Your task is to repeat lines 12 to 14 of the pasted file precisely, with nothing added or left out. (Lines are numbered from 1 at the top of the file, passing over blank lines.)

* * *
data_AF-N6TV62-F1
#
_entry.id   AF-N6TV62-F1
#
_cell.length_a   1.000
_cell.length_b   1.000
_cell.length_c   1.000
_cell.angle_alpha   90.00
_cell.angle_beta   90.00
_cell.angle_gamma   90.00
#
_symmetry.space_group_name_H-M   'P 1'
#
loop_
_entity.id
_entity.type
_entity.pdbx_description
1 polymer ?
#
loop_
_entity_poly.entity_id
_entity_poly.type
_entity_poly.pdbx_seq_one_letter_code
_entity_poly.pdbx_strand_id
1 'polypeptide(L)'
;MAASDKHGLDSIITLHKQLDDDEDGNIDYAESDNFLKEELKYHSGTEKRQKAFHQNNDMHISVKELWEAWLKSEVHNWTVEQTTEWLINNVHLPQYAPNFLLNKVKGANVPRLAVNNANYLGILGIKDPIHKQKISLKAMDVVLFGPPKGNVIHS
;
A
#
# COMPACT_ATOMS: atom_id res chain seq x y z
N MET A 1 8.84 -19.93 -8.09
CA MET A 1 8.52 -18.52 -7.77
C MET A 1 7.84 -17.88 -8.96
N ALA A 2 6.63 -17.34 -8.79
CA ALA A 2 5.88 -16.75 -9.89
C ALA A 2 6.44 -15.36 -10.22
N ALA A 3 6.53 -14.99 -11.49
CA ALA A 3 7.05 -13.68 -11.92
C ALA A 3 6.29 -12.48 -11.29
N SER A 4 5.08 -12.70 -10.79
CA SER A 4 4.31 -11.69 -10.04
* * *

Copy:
_symmetry.space_group_name_H-M   'P 1'
#
loop_